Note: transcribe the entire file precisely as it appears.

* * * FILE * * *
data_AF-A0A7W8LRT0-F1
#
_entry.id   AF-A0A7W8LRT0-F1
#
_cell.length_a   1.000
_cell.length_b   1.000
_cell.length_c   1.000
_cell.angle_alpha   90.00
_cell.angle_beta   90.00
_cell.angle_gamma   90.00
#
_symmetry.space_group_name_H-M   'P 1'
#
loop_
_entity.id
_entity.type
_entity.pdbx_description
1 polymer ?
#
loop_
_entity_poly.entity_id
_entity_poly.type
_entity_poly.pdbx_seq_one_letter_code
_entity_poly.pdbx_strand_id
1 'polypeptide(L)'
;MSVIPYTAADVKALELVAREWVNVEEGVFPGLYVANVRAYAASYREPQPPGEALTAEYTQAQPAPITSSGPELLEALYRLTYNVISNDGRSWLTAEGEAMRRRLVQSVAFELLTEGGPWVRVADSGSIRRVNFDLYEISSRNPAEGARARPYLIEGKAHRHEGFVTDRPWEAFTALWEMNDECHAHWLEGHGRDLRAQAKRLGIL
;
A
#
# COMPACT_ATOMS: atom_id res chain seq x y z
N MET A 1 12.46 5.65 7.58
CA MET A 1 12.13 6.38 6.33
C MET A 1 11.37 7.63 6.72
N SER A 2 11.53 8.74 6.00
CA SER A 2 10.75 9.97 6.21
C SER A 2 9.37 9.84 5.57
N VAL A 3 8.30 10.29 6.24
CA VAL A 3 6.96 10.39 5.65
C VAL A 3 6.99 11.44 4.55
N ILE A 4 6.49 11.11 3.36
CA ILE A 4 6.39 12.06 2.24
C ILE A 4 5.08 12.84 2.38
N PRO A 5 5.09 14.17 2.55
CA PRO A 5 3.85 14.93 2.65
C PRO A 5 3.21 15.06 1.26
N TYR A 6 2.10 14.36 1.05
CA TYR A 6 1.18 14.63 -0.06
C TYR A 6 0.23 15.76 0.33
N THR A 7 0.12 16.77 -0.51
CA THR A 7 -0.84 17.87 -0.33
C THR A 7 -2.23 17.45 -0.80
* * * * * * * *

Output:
data_AF-A0A7W8LRT0-F1
#
_entry.id   AF-A0A7W8LRT0-F1
#
_cell.length_a   1.000
_cell.length_b   1.000
_cell.length_c   1.000
_cell.angle_alpha   90.00
_cell.angle_beta   90.00
_cell.angle_gamma   90.00
#
_symmetry.space_group_name_H-M   'P 1'
#
loop_
_entity.id
_entity.type
_entity.pdbx_description
1 polymer ?
#
loop_
_entity_poly.entity_id
_entity_poly.type
_entity_poly.pdbx_seq_one_letter_code
_entity_poly.pdbx_strand_id
1 'polypeptide(L)'
;MSVIPYTAADVKALELVAREWVNVEEGVFPGLYVANVRAYAASYREPQPPGEALTAEYTQAQPAPITSSGPELLEALYRLTYNVISNDGRSWLTAEGEAMRRRLVQSVAFELLTEGGPWVRVADSGSIRRVNFDLYEISSRNPAEGARARPYLIEGKAHRHEGFVTDRPWEAFTALWEMNDECHAHWLEGHGRDLRAQAKRLGIL
;
A
#
# COMPACT_ATOMS: atom_id res chain seq x y z
N MET A 1 12.46 5.65 7.58
CA MET A 1 12.13 6.38 6.33
C MET A 1 11.37 7.63 6.72
N SER A 2 11.53 8.74 6.00
CA SER A 2 10.75 9.97 6.21
C SER A 2 9.37 9.84 5.57
N VAL A 3 8.30 10.29 6.24
CA VAL A 3 6.96 10.39 5.65
C VAL A 3 6.99 11.44 4.55
N ILE A 4 6.49 11.11 3.36
CA ILE A 4 6.39 12.06 2.24
C ILE A 4 5.08 12.84 2.38
N PRO A 5 5.09 14.17 2.55
CA PRO A 5 3.85 14.93 2.65
C PRO A 5 3.21 15.06 1.26
N TYR A 6 2.10 14.36 1.05
CA TYR A 6 1.18 14.63 -0.06
C TYR A 6 0.23 15.76 0.33
N THR A 7 0.12 16.77 -0.51
CA THR A 7 -0.84 17.87 -0.33
C THR A 7 -2.23 17.45 -0.80